You may have only just dusted off the barbeque but 62% of UK retailers are already preparing for Black Friday and Cyber Monday, and if you’re not one of them, you could be missing out. For those new to the eCommerce world, or those still waking up from their summer snooze, we’ve got everything you need to know about what Black Friday and Cyber Monday are, what you should be doing now and how to cope with it all.

Black Friday

The day following Thanksgiving in the US (think sweatpants with an elasticated waistline), Black Friday falls on the fourth Friday of November and signals the beginning of the Christmas shopping season – ho, ho, ho.

Cyber Monday

The Monday following Thanksgiving is Cyber Monday – one of the biggest online shopping days of the year, which is where you come in.

Characterised by (very) early opening hours and promotional sales, Black Friday and Cyber Monday have become synonymous with queues, down-websites and, more recently, fistie-cuffs: there has been 10 Black Friday deaths and 111 injuries – sometimes that deal is just too good to miss.

Put simply, it is the busiest shopping weekend of the year.


Black Friday and Cyber Monday both produce some impressive statistics:

Britons spent a humongous £1.4 billion on online sales, 11.7% more than 2016.

UK sales were up 3% from 2016 on Cyber Monday 2017.

24.1% of sales were via a mobile device.

Over in the States, $20 billion‘s worth of sales was clocked up over the weekend, with Cyber Monday stealing the show.

Who Takes Part?

In the US, it used to be a case of who doesn’t take part; while over in the UK, this was a much more valid question. Some retailers avoid the Black Friday / Cyber Monday mayhem, often stating that they provide low prices throughout the year and don’t need a dedicated weekend to offer bargain deals – oo-er. Accordingly, it’s important to understand the benefits and disadvantages of taking part:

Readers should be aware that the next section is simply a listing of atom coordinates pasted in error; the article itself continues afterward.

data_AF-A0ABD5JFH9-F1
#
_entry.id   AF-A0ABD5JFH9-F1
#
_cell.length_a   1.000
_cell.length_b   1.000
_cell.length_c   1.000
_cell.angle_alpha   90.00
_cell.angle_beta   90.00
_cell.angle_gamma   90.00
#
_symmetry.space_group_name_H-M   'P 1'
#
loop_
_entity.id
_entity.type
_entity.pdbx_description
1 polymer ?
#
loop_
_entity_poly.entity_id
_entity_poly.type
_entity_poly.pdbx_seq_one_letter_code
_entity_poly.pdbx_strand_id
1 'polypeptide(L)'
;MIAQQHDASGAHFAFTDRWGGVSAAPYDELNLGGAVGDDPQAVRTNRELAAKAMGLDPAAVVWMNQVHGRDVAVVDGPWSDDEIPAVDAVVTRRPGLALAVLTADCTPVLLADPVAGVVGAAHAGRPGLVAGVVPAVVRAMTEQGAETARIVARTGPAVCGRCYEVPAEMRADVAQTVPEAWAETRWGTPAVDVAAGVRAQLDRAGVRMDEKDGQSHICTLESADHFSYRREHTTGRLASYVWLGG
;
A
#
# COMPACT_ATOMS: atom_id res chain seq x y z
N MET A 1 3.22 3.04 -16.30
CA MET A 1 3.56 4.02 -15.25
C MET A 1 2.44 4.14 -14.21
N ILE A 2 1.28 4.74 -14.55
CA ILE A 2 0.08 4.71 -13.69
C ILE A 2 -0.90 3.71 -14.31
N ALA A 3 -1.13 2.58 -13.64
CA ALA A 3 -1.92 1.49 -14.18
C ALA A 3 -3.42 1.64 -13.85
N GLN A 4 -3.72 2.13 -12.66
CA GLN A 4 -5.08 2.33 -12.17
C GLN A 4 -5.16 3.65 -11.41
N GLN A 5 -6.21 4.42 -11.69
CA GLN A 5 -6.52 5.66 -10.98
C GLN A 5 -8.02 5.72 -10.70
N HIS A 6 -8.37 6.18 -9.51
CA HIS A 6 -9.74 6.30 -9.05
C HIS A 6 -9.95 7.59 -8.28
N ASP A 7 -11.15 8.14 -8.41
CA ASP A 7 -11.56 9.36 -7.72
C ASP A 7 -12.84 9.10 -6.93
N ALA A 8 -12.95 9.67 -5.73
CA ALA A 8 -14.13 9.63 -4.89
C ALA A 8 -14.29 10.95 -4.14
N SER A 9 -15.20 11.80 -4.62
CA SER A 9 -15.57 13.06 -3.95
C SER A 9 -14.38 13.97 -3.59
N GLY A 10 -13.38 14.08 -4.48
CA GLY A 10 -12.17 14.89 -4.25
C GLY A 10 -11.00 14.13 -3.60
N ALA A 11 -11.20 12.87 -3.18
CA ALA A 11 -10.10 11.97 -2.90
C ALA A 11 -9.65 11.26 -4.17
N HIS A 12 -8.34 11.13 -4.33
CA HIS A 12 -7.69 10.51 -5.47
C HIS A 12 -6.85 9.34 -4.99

1. An army of customers ready, waiting and wanting to spend their money

2. An opportunity to sell slow-moving stock

3. A huge SEO and hashtag opportunity

4. Not feeling left out of the party


1. The potential to cheapen your brand: Are Black Friday and Cyber Monday in line with your brand image?

2. The potential for negative publicity; out of stock items, disappointing deals, shipping delays

3. The extra time, effort and stress handling an influx of orders from multiple sales channel(s)

How to Cope #1

If you decide that you want in on the Black Friday / Cyber Monday madness, it’s essential that you are properly prepared. You can do this by:

1. Marketing

Customers check early on who is taking part. Use the lead-up time as an opportunity to create a buzz, produce gift-guides, increase your brand’s exposure and get excited.

2. List on Multiple Sales Channels

With huge opportunity to attract new customers, the Black-Cyber Weekend makes multichannel selling essential. Whether people are searching for deals on Amazon, eBay, Etsy, Wish or Wish, you’ll be there to say hello on them all.

3. Plan Your Sales in Advance

Decide now if you’re offering a one-off spectacular, hourly deals or a site-wide bonanza and then plan your stock accordingly.

4. Check Your Infrastructure

Is your inventory management system robust, can you website handle more customers, can you keep up with shipping, who is going to update your stock levels and handle your orders?

5. Customer Service

Customer service is king this weekend. With an influx of sales comes an increase in queries, complaints, returns and feedback. Make sure you can handle them quickly and professionally.

6. Evaluation

After the rush, take time to see what worked, what didn’t, check your stock levels and plan how you can engage with your new customers.

How to Cope #2

Multichannel management software. Software such as Expandly can help take the stress out of Black Friday and Cyber Monday, leaving you a little extra time to grab some bargains yourself. Here’s how:

Listing Management – Update all of your listings from one central location

Order Management – View and process your orders from one central location

Inventory Management – Keep an automated, central and live update of your stock levels

Shipping – Batch print invoices and shipping labels

Reporting – Evaluate all of your sales channel(s) from one location

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